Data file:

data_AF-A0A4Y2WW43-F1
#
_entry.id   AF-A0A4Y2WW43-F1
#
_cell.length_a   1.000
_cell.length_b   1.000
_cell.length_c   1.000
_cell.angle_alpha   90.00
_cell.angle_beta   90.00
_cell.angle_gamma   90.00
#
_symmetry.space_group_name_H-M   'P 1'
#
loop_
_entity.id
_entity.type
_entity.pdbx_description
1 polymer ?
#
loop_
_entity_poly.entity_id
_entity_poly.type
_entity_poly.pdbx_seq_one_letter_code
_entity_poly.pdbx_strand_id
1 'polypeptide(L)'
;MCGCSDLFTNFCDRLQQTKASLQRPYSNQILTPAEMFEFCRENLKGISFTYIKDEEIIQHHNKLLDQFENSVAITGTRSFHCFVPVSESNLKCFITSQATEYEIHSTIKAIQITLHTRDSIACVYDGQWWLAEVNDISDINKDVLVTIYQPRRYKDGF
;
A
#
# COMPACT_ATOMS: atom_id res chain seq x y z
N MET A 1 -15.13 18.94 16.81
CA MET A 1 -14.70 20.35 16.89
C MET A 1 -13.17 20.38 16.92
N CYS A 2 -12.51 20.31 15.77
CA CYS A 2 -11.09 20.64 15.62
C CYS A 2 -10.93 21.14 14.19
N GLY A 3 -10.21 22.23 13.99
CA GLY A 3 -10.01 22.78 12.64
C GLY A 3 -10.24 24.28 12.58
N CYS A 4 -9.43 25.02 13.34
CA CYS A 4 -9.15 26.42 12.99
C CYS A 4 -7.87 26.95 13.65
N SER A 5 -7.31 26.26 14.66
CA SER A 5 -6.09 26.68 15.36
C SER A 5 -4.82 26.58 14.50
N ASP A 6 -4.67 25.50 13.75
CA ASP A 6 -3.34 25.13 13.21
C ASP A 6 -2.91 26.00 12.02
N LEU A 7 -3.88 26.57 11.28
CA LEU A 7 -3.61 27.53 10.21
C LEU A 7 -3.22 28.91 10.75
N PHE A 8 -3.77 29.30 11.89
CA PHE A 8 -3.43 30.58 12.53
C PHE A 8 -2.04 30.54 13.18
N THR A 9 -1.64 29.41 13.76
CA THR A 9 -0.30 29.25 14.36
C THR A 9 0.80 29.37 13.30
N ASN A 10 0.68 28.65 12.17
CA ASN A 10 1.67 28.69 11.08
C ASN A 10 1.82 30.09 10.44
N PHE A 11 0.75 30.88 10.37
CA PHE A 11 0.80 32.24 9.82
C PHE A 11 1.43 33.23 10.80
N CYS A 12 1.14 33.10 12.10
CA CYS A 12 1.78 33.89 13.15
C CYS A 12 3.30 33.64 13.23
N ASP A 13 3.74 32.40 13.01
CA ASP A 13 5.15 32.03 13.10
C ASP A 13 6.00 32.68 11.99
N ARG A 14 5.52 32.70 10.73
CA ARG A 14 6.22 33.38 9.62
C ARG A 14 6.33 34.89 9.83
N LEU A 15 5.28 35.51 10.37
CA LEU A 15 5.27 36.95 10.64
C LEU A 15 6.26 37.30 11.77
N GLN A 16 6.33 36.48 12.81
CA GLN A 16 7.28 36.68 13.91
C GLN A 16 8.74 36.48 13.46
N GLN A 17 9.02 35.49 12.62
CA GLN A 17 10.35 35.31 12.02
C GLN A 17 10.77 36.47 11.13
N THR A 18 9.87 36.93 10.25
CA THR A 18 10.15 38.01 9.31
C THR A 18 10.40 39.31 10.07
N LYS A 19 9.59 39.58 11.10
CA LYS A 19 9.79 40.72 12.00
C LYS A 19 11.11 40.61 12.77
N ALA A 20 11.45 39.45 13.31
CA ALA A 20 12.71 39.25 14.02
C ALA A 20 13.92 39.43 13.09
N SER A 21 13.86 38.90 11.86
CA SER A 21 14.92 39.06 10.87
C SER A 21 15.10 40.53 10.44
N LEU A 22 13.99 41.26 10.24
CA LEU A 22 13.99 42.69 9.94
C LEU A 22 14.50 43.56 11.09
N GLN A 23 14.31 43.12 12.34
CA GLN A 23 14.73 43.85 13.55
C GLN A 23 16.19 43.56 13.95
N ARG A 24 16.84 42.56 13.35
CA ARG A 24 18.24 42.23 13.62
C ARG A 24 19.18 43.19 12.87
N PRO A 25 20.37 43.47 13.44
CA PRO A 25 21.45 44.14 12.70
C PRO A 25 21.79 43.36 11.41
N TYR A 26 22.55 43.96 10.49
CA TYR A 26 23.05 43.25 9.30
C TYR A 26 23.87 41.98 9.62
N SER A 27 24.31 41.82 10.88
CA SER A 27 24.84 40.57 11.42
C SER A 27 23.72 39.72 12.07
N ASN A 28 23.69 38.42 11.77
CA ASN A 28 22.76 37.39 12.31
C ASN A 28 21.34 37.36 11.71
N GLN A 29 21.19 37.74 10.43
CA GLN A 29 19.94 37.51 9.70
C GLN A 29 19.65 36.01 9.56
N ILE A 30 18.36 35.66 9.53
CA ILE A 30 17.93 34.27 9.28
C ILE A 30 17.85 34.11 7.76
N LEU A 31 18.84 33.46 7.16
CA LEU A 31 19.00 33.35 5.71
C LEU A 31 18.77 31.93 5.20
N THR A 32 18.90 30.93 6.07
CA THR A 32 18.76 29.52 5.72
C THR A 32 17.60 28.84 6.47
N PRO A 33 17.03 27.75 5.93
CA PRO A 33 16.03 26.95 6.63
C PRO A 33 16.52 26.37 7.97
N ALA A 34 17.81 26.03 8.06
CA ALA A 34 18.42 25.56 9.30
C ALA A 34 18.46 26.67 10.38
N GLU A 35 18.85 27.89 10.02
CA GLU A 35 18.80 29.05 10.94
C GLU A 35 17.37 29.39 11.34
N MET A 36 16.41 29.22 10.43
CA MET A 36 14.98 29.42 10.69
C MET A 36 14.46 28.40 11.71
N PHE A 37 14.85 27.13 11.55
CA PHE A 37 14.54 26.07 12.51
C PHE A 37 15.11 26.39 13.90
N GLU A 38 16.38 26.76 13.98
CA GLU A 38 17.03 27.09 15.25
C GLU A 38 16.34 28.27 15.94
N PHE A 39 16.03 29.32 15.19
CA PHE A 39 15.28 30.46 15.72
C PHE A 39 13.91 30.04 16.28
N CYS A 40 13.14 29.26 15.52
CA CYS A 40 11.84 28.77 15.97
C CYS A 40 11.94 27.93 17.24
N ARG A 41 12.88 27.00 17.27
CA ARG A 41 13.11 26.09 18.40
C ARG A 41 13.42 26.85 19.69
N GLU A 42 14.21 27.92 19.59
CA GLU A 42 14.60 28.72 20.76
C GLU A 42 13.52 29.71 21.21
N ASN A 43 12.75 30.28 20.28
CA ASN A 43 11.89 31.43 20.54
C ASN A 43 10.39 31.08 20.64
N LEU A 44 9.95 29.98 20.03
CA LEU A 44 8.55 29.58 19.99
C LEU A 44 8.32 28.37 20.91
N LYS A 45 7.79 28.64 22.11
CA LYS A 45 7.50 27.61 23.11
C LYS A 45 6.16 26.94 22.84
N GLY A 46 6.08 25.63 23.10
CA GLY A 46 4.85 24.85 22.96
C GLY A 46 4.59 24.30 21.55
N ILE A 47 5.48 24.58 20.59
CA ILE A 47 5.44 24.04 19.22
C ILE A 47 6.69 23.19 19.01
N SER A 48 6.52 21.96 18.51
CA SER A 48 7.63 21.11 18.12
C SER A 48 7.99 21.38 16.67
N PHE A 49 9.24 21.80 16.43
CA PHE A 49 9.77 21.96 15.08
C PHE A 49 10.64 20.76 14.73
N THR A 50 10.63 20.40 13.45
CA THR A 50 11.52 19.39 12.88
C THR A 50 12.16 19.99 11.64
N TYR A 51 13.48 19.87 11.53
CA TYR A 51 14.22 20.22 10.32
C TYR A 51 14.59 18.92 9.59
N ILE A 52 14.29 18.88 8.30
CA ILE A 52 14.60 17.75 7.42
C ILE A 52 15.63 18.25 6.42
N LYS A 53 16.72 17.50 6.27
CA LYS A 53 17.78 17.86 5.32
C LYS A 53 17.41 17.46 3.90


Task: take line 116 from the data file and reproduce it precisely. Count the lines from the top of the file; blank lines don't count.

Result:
CA GLN A 29 19.94 37.51 9.70